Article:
Paphiopedilums, the lady’s-slipper orchids, originate in the jungles of the Far East including Indonesia. They are semi terrestrial, growing in humus and other material on the forest floor, on cliffs in pockets of humus and occasionally in trees. They are easy to grow in the home, under lights or in the greenhouse.
Is easier to provide for paphiopedilums than many other types of orchids.
They require shady conditions, as in the home in an east or west window, or near a shaded south window. In the greenhouse, shade must be provided. Give about
1,000 to 1,500 foot-candles. In the home, fluorescent lighting is excellent; suspend two or four tubes 6 to 12 inches above the leaves.
For paphiopedilums cover a considerable range. Paphiopedilums are traditionally separated into two groups; the ward-growing mottled-leaved types and the
cool-growing green leaved types. Warm growing types should be kept at 60 to 65 F during the night, and 75 to 80 F during the day. However, many growers raise all plants in the same temperature range with excellent results. The plants can stand night temperatures in the 40s if necessary (as when grown outside in mild climates), as well as temperatures to 95F. Care must be taken to protect the plants from rot when cold (keep humidity low, and avoid moisture on leaves or in the crowns of the plants), and also to protect from burning when hot (shade more heavily and increase humidity and air movement around the plants).
Must be available at the roots constantly, because all plants in this genus have no pseudobulbs. All of these plants need a moist medium – never soggy, but never dry. Water once or twice a week.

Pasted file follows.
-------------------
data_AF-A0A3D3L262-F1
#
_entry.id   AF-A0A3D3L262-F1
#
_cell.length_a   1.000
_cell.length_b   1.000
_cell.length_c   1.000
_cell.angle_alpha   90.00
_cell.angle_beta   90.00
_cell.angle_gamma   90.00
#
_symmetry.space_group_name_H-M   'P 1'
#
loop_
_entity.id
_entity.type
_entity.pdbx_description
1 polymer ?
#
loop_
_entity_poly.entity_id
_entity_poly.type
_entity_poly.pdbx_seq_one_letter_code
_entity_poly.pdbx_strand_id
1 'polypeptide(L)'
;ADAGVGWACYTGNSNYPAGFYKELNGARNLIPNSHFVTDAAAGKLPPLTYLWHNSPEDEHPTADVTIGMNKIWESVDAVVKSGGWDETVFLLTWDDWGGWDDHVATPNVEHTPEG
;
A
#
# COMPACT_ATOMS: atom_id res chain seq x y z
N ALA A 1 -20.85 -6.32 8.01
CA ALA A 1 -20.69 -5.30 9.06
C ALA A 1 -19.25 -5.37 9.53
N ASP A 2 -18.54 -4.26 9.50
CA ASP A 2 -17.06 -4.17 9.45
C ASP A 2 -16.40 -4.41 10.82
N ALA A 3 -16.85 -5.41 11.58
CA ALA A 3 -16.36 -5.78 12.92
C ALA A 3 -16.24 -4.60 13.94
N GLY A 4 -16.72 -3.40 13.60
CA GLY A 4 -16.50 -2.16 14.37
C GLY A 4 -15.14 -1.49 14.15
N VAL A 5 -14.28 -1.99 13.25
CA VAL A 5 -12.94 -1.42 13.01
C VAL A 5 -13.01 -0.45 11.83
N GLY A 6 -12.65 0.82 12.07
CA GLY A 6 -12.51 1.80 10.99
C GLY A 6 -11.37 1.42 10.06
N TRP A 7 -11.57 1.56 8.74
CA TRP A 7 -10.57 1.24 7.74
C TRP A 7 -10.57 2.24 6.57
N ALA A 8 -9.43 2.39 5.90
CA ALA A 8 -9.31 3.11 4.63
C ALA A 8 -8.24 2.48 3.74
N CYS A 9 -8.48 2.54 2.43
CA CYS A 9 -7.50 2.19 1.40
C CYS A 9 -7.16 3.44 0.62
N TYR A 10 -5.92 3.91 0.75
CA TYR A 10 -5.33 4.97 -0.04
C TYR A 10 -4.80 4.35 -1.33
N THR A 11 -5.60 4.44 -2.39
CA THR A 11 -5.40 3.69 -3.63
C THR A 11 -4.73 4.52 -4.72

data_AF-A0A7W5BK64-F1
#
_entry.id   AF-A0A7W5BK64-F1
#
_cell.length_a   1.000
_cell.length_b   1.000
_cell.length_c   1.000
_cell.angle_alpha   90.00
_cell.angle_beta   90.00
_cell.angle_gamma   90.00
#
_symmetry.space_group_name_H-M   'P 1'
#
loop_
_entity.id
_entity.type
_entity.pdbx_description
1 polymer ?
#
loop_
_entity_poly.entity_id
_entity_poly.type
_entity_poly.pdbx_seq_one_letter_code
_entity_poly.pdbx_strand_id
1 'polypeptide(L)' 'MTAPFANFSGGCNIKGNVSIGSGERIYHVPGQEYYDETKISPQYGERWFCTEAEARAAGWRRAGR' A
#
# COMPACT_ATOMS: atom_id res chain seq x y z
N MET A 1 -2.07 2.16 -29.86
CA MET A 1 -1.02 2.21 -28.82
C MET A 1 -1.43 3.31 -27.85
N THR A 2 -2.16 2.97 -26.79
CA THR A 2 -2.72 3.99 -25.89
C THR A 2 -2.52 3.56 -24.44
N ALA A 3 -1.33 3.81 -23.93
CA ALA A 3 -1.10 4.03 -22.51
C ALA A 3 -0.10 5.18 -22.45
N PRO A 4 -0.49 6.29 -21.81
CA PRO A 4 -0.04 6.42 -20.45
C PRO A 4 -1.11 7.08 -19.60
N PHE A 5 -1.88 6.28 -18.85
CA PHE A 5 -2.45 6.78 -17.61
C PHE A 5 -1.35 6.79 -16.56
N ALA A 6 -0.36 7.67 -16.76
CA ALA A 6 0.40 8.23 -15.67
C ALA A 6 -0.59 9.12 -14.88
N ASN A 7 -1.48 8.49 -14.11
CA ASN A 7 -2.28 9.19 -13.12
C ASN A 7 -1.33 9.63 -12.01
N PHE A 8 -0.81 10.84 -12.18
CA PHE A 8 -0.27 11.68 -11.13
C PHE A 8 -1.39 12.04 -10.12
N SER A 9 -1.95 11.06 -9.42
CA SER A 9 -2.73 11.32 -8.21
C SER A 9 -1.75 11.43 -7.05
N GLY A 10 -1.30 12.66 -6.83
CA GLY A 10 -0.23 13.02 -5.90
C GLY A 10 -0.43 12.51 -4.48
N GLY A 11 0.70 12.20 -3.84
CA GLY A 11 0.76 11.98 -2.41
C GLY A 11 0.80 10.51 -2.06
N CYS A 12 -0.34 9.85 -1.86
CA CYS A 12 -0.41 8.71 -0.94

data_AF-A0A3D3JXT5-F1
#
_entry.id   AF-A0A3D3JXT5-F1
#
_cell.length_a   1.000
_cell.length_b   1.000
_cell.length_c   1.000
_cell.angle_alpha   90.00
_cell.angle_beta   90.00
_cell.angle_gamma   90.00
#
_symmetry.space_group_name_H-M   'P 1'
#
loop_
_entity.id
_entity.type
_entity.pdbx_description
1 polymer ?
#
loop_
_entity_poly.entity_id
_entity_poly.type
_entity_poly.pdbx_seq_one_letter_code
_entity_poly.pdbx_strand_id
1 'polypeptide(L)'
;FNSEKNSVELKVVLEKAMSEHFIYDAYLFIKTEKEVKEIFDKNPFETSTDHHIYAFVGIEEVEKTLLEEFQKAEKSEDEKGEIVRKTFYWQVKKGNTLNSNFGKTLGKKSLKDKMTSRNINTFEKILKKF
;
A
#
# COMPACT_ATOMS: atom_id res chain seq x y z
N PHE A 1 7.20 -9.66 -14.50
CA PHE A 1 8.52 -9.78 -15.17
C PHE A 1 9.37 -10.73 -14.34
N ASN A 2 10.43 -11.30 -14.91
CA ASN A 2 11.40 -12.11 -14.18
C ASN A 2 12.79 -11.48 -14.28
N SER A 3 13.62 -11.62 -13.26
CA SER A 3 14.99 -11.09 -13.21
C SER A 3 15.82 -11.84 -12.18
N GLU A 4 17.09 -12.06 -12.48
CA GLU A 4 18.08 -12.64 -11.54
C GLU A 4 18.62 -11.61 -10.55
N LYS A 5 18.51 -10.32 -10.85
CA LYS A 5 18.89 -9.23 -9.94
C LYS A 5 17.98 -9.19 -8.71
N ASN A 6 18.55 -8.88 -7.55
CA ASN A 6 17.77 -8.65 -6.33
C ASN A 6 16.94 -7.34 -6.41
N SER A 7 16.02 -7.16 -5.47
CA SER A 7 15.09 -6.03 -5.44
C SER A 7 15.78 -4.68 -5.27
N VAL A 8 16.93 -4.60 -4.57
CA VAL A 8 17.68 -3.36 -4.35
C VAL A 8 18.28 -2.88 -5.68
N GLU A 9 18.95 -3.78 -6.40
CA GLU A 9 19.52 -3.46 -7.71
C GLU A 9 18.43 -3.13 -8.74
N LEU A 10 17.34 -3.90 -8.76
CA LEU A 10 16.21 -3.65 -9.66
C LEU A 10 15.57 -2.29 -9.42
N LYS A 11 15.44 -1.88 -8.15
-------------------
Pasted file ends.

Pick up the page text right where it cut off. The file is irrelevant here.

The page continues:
For paphiopedilums should be moderate, between 40 and 50 percent, which can be maintained in the home by setting the plants on trays of gravel, partially filled with water, so that the plants never sit in water, or by placing a bowl of water next to the plant and allowing to evaporate.
On a regular schedule, especially if the weather is warm, when the plants are most often growing. A good general rule is to apply a balanced (such as 20-20-20) water soluble fertilizer “weekly.”
That is, fertilize every week at one quarter of the recommended dilution.
Should be done about every two years, or as the medium decomposes. A mix of fine or medium grade fir bark with perlite (sponge rock) and sphagnum moss. Moisture retention with excellent drainage is needed. Large plants can be divided by pulling or cutting the fans of the leaves apart, into clumps of three to five growths. Smaller divisions will grow, but may not flower. Do not overpot; and average plant should have a 4 to 6 inch pot.